There are issues with road safety at specific junctions, but none which would require the building of a completely new road. Road traffic deaths in Ireland have halved in recent years, despite a huge increase in traffic volumes, and Dublin has the best record of reducing traffic related deaths within the EU in recent years. There were 212 road deaths in all of Ireland in 2010 compared to 415 in 2000 and a peak of 640 in 1972. There is no room for complacency, of course, and every effort should be made to address specific black spots. However there is no evidence that the N81 from Dublin to Blessington is particularly unsafe in this regard.
Interestingly, having previously asserted that their brief was confined to designing a completely new route, the current planning team (which is much changed since last year) have now included the possibility of upgrading the existing road as one of their route selection options. This is undoubtedly the best option for much of the route between Brittas and Blessington, although it must be conceded that there is no good option for improving the route between Tallaght (Jobstown) and Brittas because of the configuration of the hills and the steep gradients involved.
The other problem area is Blessington itself, as the town nestles between the scenic area of Glen Ding (with its Viking fort) and the Poulaphouca reservoir, and there is little room to accommodate a major road within those parameters. The obvious solution is to upgrade the currently very under-utilized inner relief road and extend it both north and south onto the N81 on the outskirts of the town . Unfortunately the planners seem fixated on creating a motorway standard road which is not possible within that confined area despite the fact that the traffic volumes (6,000 vehicles per day south of Blessington) in no way justify a motorway standard road.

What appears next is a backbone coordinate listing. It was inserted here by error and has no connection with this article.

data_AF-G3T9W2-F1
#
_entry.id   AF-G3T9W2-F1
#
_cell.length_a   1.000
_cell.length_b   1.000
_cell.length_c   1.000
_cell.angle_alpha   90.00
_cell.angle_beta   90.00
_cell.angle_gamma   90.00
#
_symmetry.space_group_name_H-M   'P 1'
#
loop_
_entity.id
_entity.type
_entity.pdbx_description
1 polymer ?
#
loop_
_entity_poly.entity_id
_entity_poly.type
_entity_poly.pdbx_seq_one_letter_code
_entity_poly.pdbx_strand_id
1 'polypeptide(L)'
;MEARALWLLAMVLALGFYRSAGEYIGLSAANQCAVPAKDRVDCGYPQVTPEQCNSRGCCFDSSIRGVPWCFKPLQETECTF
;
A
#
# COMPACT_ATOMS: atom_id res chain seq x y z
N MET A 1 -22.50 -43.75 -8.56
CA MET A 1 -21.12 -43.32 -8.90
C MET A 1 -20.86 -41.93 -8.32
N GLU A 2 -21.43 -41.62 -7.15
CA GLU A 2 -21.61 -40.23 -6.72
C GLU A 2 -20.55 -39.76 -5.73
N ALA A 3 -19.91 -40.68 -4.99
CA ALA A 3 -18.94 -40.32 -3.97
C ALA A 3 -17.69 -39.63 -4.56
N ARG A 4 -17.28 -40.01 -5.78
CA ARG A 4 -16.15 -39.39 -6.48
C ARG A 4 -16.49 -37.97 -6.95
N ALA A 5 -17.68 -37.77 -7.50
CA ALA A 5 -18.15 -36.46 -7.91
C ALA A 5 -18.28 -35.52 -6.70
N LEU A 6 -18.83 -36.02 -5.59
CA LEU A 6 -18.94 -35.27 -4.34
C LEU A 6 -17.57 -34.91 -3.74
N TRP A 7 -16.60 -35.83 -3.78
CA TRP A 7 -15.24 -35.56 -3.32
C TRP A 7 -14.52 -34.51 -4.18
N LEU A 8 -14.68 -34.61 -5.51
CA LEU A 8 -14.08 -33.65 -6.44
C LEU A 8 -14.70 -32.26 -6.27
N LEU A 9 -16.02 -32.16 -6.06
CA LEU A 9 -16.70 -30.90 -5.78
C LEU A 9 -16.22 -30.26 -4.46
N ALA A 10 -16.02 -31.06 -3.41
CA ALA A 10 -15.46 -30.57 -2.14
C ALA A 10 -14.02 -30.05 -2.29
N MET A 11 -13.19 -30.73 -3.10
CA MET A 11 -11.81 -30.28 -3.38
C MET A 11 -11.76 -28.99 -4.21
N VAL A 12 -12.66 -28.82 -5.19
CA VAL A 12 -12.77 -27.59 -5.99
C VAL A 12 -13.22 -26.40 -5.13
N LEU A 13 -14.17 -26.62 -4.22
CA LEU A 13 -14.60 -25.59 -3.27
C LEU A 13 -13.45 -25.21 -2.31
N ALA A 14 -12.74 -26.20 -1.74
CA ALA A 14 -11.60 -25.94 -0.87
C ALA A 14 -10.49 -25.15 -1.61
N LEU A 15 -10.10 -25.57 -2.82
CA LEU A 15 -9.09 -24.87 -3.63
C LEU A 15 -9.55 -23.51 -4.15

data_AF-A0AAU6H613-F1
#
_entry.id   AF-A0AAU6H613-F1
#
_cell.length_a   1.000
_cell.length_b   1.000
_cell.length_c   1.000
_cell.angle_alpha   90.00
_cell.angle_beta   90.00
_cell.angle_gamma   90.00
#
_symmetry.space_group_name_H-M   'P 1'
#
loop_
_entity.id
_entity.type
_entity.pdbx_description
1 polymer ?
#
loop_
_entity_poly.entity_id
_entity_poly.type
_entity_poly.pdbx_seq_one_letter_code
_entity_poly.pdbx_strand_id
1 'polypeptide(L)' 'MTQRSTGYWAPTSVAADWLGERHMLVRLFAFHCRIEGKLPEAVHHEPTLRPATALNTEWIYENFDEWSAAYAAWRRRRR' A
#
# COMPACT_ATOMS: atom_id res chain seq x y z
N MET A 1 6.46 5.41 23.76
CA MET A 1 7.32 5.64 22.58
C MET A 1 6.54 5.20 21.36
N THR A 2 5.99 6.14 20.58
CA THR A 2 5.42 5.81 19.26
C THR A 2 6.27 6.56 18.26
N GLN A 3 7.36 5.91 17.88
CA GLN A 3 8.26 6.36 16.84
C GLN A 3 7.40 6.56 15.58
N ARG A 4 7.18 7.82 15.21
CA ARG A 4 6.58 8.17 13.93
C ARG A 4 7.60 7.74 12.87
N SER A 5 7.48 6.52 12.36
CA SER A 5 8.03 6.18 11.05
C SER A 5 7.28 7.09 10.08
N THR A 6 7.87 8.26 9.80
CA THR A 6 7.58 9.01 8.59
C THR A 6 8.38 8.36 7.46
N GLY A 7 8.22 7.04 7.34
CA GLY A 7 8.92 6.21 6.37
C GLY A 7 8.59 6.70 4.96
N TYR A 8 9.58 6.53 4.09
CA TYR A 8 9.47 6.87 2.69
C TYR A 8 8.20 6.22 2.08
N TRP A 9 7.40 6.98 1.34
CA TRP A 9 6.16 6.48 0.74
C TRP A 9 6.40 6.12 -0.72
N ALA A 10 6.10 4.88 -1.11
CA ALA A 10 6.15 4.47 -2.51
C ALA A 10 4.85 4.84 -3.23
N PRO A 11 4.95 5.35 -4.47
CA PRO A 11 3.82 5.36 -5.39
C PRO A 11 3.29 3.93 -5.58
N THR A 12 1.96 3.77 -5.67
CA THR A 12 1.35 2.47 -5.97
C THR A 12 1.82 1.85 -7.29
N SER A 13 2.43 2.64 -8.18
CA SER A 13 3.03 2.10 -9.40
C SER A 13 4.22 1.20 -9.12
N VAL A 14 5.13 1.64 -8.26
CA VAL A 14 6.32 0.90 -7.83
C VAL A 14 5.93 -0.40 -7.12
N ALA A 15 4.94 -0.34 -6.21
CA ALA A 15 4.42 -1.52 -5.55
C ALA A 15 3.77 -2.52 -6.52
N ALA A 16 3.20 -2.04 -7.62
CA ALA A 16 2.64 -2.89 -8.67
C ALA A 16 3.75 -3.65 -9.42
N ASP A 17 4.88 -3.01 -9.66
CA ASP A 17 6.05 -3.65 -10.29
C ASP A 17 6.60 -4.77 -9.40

As a consequence they are forced to propose building a very large loop around the town (PDF alert) - with two options either side of Glen Ding - which will detract from that scenic area and add considerably to the cost and the overall distance which has to be travelled. In fact such a convoluted route will ensure that the road is of no benefit to Blessington area residents who will be much better off simply using the existing N81. Its primary benefit will therefore be for those travelling up from Baltinglass (Pop. 2,000, distance 31 KM) and Tullow (Pop. 3,000, distance 50KM) neither of which are exactly large metropolitan areas or growth centres in terms of the National Spatial Strategy. In fact Tullow is already much better served by the M9 motorway if you do want to get from there to Dublin in a hurry.